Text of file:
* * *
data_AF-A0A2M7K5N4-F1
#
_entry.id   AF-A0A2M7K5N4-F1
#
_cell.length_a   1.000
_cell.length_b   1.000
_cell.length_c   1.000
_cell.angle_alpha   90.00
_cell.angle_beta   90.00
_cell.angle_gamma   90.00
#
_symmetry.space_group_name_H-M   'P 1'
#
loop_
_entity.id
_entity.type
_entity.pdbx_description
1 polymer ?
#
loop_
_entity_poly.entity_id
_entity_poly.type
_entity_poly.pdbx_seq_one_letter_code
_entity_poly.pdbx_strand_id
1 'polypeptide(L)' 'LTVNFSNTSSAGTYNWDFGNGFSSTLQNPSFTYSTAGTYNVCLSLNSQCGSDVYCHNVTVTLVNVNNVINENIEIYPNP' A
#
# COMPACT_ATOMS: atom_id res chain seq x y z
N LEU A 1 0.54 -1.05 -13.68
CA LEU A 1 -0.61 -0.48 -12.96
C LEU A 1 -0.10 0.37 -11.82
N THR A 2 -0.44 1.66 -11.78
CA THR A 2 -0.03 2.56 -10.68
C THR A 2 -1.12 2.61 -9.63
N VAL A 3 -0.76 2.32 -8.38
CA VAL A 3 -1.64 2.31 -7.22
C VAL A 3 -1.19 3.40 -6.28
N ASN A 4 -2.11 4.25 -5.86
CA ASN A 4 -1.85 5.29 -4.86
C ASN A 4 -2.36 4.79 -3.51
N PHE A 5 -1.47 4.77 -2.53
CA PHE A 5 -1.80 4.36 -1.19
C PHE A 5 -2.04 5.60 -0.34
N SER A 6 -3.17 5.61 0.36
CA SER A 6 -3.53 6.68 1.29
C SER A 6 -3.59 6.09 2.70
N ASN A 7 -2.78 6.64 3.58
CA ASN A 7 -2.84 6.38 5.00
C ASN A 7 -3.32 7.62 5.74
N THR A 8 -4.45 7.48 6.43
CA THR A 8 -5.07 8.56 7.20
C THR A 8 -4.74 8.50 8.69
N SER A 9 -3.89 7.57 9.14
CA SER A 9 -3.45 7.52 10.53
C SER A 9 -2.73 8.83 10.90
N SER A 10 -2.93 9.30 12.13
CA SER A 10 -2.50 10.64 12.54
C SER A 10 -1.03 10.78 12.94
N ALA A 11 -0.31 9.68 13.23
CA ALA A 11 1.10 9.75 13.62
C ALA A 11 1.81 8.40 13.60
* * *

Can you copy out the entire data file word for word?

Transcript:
data_AF-A0A2M7K5N4-F1
#
_entry.id   AF-A0A2M7K5N4-F1
#
_cell.length_a   1.000
_cell.length_b   1.000
_cell.length_c   1.000
_cell.angle_alpha   90.00
_cell.angle_beta   90.00
_cell.angle_gamma   90.00
#
_symmetry.space_group_name_H-M   'P 1'
#
loop_
_entity.id
_entity.type
_entity.pdbx_description
1 polymer ?
#
loop_
_entity_poly.entity_id
_entity_poly.type
_entity_poly.pdbx_seq_one_letter_code
_entity_poly.pdbx_strand_id
1 'polypeptide(L)' 'LTVNFSNTSSAGTYNWDFGNGFSSTLQNPSFTYSTAGTYNVCLSLNSQCGSDVYCHNVTVTLVNVNNVINENIEIYPNP' A
#
# COMPACT_ATOMS: atom_id res chain seq x y z
N LEU A 1 0.54 -1.05 -13.68
CA LEU A 1 -0.61 -0.48 -12.96
C LEU A 1 -0.10 0.37 -11.82
N THR A 2 -0.44 1.66 -11.78
CA THR A 2 -0.03 2.56 -10.68
C THR A 2 -1.12 2.61 -9.63
N VAL A 3 -0.76 2.32 -8.38
CA VAL A 3 -1.64 2.31 -7.22
C VAL A 3 -1.19 3.40 -6.28
N ASN A 4 -2.11 4.25 -5.86
CA ASN A 4 -1.85 5.29 -4.86
C ASN A 4 -2.36 4.79 -3.51
N PHE A 5 -1.47 4.77 -2.53
CA PHE A 5 -1.80 4.36 -1.19
C PHE A 5 -2.04 5.60 -0.34
N SER A 6 -3.17 5.61 0.36
CA SER A 6 -3.53 6.68 1.29
C SER A 6 -3.59 6.09 2.70
N ASN A 7 -2.78 6.64 3.58
CA ASN A 7 -2.84 6.38 5.00
C ASN A 7 -3.32 7.62 5.74
N THR A 8 -4.45 7.48 6.43
CA THR A 8 -5.07 8.56 7.20
C THR A 8 -4.74 8.50 8.69
N SER A 9 -3.89 7.57 9.14
CA SER A 9 -3.45 7.52 10.53
C SER A 9 -2.73 8.83 10.90
N SER A 10 -2.93 9.30 12.13
CA SER A 10 -2.50 10.64 12.54
C SER A 10 -1.03 10.78 12.94
N ALA A 11 -0.31 9.68 13.23
CA ALA A 11 1.10 9.75 13.62
C ALA A 11 1.81 8.40 13.60